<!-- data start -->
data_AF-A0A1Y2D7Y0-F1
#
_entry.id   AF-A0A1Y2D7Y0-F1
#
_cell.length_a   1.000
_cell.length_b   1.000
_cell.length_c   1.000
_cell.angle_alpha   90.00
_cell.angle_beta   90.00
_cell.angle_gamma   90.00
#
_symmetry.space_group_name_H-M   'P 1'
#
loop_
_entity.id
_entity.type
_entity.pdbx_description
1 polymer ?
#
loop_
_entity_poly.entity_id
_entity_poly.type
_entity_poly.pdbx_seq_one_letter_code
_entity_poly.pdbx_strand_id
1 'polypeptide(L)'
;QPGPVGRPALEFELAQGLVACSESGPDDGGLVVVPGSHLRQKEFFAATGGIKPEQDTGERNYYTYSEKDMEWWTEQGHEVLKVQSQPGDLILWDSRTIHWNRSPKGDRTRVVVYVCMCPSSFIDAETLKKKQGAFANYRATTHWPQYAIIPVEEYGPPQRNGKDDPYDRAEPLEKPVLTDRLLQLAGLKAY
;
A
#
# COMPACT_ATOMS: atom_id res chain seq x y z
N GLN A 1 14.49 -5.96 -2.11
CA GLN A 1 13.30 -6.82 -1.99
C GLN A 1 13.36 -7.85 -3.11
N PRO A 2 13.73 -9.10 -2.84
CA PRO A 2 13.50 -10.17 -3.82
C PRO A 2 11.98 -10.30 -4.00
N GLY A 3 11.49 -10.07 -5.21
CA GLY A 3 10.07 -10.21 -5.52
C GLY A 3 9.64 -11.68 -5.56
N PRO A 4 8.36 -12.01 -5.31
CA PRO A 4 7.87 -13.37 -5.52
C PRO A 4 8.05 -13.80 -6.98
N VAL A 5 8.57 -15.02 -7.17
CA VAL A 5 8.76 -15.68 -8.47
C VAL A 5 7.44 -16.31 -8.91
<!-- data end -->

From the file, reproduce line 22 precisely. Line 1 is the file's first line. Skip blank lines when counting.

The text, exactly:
_entity_poly.type